7. You have chosen to ignore posts from MM379. Show MM379's posts

    Re: Sleeping arrangements? Co-sleeping?

    To be honest, DS was in the crib at 2 weeks.  I think because of my post partum issues, I was far too anxious to sleep with him in the bassinet in our room - he was a very active wiggler in his sleep and ever movement had my eyes flying open to check.  Having him in bed would have only worsened my paranoia.  I truly did not sleep a wink for the first two weeks we were home - perhaps contributing to/resulting from my post partum struggles.  DS did GREAT in the crib and seemed much less restless in there - I think the mattress was more comfortable than the bassinet pad.  Nursing was definitely tough not having him in the room - DH would get up and check the diaper and I would go stumble into the rocker.  But at the time, nursing in bed wasn't an option due to the positioning and propping I had to do to make BFing work.  Anyway, he was sleeping through the night by 8 weeks and I think having him in the crib and not reacting to every movement helped.   Unfortunately, around 5 mos, his sleeping habits went through a major downward spiral for reasons I to do this day don't understand and by 8 or 9 mos he found his way into our exhausted, defeated bed which he loved.  At that point, he was big enough and sturdy enough and had enough motor skills that I wasn't as concerned as I would have been with a newborn.  To be honest, its been a rough ride since then, but I would say from 18 mos on, he's back to being a pretty decent sleeper and is back in his crib... just doesn't require much sleep unlike some of his buddies who do like 13 hour stretches.     

     
  8. You have chosen to ignore posts from MM379. Show MM379's posts

    Re: Sleeping arrangements? Co-sleeping?

    Fram, I typed so much, I apologize for not expressing how sorry I am to hear that about your nephew.  I can understand your concern around this topic.
     
  9. You have chosen to ignore posts from Melsau2006. Show Melsau2006's posts

    Re: Sleeping arrangements? Co-sleeping?

    Sorry to hear about your nephew.
    I co-slept with my first son, 13 years ago, when it was all the rage.  I couldn't get the kid out of my bed until he was almost 8 years old.  Even now, he has trouble sleeping at night. Not sure if that is just him or if it is common with kids who co-sleep.
    Since our first, I have had three other children.  #2 and #3 slept just fine in his/her bassinet (in our room) until about three months. Once they slept throught the night, we moved them into a crib in their own room.  I would let them nap in the cribs during the day before the move so they would get used to sleeping in the crib.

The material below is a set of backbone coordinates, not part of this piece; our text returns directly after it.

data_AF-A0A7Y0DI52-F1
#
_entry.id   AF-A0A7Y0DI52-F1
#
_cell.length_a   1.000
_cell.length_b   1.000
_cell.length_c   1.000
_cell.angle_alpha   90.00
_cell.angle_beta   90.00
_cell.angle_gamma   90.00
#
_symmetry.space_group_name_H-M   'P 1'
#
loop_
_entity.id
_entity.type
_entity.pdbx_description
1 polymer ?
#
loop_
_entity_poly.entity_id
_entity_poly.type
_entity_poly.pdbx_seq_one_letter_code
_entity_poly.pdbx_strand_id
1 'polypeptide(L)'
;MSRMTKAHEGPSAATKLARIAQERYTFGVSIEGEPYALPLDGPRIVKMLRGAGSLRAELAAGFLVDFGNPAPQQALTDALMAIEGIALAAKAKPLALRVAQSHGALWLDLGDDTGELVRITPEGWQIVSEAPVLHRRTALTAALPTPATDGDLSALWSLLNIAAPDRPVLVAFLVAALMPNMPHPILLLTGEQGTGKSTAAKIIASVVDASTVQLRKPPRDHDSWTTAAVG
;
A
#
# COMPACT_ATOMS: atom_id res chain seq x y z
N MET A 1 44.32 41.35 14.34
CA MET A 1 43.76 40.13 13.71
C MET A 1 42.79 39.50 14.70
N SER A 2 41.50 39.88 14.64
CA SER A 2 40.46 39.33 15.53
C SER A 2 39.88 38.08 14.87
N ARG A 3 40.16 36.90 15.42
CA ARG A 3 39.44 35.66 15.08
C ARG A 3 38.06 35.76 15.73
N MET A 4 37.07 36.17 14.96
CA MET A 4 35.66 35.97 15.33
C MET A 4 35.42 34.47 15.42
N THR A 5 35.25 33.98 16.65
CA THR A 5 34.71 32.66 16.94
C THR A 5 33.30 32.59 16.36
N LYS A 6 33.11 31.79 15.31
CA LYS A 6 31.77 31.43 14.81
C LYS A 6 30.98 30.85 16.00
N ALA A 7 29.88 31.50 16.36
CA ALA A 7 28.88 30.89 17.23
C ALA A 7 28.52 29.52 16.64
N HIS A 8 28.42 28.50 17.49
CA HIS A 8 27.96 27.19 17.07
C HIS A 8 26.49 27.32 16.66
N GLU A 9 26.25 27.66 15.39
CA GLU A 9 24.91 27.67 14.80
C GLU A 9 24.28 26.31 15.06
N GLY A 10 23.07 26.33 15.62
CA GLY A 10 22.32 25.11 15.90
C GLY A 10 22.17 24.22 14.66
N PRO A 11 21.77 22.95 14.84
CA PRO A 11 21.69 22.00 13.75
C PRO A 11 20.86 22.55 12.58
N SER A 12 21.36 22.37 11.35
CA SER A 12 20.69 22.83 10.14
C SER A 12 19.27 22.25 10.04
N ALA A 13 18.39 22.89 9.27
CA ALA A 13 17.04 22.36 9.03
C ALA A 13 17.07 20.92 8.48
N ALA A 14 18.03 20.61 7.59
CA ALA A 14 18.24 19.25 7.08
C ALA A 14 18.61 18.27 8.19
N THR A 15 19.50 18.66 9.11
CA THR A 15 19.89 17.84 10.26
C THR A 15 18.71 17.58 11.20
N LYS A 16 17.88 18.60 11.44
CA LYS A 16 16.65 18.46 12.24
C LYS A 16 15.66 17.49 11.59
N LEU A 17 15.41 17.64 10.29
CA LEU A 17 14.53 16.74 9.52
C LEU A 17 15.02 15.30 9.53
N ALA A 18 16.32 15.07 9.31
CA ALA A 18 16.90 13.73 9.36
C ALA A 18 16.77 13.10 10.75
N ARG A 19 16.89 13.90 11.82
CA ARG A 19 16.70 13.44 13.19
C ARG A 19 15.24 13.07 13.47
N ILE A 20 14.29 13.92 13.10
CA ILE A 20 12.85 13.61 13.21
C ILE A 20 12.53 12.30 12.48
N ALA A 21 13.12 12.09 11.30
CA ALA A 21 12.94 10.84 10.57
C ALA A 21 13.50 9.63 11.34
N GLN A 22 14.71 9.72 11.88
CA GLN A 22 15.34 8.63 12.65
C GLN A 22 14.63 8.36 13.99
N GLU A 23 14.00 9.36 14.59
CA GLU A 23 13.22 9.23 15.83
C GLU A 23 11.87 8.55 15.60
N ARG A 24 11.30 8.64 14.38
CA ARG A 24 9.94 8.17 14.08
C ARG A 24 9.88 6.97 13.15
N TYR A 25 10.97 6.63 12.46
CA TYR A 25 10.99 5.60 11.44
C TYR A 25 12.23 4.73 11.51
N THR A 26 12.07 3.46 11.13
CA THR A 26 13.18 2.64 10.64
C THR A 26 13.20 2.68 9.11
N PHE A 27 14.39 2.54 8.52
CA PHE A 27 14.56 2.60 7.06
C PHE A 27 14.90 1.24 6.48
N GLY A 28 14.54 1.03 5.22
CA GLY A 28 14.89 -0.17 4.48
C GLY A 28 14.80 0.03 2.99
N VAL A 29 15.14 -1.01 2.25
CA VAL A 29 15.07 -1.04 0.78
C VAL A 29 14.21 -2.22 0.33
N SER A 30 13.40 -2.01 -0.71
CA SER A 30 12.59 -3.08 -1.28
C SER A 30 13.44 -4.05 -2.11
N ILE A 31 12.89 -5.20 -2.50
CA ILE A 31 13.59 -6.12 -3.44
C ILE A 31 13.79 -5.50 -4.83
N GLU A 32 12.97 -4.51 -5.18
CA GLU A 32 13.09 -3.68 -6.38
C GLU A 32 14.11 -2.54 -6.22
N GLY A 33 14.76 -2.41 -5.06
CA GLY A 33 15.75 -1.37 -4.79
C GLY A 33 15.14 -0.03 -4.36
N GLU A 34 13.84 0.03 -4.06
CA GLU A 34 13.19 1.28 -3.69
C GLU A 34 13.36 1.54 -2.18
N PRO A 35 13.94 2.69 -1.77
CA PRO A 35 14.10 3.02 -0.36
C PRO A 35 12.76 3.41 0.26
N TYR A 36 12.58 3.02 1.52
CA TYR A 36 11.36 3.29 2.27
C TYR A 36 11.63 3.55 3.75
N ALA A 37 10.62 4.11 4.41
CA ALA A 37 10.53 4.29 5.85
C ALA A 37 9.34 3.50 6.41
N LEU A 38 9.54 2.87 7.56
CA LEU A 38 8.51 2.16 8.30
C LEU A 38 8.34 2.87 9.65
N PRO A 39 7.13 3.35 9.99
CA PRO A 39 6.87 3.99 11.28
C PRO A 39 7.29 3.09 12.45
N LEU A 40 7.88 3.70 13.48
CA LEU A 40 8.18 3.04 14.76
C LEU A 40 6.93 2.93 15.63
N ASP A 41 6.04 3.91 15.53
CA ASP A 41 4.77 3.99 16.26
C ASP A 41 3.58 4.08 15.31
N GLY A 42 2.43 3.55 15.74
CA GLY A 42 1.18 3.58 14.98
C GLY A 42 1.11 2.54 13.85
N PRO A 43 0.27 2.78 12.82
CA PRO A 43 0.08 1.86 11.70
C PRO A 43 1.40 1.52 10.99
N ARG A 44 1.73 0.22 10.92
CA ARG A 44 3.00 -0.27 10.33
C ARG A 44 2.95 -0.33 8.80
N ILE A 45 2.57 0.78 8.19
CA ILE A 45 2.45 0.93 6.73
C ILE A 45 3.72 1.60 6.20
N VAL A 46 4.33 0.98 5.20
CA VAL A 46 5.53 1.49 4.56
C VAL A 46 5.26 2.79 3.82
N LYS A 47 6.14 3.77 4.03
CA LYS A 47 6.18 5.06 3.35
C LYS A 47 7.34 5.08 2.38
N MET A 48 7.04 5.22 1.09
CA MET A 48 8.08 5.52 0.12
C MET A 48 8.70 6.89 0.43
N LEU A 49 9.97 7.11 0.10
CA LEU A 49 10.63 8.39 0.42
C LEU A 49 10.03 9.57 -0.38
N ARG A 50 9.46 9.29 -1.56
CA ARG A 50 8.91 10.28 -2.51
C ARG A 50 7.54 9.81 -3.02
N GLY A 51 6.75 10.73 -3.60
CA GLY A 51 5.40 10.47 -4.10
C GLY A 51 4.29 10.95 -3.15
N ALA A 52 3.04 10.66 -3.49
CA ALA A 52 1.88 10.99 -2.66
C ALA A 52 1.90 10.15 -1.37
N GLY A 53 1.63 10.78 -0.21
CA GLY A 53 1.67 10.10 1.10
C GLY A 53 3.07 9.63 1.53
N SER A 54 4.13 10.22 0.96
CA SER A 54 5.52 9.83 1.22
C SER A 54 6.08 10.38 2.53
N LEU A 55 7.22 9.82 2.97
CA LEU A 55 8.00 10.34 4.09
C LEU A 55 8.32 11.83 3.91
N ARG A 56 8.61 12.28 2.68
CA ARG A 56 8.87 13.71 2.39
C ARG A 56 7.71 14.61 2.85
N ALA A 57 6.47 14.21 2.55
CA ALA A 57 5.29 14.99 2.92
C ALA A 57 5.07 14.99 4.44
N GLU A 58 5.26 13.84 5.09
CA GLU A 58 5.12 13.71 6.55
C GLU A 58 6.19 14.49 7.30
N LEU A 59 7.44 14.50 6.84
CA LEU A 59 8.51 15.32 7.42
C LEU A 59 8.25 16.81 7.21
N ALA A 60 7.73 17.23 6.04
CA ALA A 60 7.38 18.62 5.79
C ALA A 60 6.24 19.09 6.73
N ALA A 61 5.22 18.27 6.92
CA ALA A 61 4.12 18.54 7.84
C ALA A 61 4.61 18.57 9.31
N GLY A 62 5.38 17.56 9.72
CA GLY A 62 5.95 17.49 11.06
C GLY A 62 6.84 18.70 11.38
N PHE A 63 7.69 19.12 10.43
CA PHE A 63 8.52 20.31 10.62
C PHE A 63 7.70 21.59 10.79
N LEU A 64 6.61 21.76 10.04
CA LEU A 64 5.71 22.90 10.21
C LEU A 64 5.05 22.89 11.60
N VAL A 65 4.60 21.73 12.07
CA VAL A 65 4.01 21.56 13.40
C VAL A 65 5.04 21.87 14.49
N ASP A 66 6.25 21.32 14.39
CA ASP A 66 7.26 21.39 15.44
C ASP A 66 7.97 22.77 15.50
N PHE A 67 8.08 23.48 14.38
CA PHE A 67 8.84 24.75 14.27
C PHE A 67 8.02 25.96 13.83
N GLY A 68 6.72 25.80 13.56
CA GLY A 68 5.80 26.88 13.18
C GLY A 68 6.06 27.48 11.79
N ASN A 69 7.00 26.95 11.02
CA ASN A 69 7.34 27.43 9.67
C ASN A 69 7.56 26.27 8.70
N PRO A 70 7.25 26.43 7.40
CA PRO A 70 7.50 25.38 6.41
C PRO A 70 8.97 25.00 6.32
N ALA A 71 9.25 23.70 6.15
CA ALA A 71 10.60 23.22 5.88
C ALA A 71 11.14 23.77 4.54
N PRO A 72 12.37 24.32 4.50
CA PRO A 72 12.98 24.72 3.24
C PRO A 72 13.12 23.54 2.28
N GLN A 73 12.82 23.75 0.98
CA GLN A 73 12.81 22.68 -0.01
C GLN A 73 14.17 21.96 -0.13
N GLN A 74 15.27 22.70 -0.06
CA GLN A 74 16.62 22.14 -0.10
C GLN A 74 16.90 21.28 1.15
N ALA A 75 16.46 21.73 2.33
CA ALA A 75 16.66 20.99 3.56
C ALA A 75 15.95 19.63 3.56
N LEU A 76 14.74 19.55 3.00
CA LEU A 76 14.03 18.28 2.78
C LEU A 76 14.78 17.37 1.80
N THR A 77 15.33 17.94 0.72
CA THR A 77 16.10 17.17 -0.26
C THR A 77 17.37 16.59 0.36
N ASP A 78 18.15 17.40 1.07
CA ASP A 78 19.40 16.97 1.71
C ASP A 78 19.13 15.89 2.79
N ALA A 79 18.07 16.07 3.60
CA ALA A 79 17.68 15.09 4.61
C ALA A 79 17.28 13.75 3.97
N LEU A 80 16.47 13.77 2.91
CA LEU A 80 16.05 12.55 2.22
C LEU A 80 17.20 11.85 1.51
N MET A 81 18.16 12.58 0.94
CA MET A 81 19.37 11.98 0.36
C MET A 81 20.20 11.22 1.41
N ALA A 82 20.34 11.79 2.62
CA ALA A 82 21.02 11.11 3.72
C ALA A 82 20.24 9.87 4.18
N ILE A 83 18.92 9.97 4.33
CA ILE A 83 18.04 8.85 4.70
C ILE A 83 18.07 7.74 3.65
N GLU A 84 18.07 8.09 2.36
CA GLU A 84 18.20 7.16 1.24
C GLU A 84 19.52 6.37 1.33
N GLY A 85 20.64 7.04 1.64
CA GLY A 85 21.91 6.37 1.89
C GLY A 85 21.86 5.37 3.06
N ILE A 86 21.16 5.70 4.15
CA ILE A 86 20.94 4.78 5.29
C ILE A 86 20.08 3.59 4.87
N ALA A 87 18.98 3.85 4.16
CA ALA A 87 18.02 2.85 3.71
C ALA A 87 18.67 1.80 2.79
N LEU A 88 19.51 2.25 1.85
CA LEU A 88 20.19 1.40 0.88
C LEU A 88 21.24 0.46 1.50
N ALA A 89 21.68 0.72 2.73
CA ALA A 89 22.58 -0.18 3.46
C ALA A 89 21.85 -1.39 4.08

Baby #4 is now almost 4 months old. She still isn't sleeping through the night. She has fallen asleep in the bed with us a few times and I'm just too darn tired to move her.  I'm worried about SIDS, too.
     
  10. You have chosen to ignore posts from beniceboston. Show beniceboston's posts

    Re: Sleeping arrangements? Co-sleeping?

    Fram, that makes my heart ache, I'm so sorry.

    At the hospital I had DD with me in the bed and when we got home, I put her in the bassinet right next to the bed, but if she woke up often, I would bring her in bed with me. I kept her on my side of the bed - not between my husband and I. I would sleep on my right side and would be face to face with her. I'm a somewhat light sleeper and I don't roll around a lot. I never nursed her lying down because it was too difficult when she was that small, so I never fell asleep nursing - although I would wake in the middle of the night THINKING I was still nursing her!

    Now a year old, she sleeps in her own bed till 4/5am and then I bring her in bed with me when she wakes up for a feeding.

     
  11. You have chosen to ignore posts from luckinlife. Show luckinlife's posts

    Re: Sleeping arrangements? Co-sleeping?

    mbg - The studies are not clear-cut, I agree.  However, the AAP has made recs based on the studies we do have (from multiple sources). I am unaware of any studies that show that sleeping in the same bed is protective. Infants who die of SIDS are rarely "smothered by their mother" even when they are co-sleeping in the same bed.  That is not thought to be the most common mechanism.   I agree that it is a personal decision but will also say that ideas about this have changed in the past couple of years.  As a pediatrician we used to be encouraged to not have an opinion regarding co-sleeping in the bed and this has changed. I think there are so many risk factors that can contribute and it is interesting to note that room-sharing is encouraged.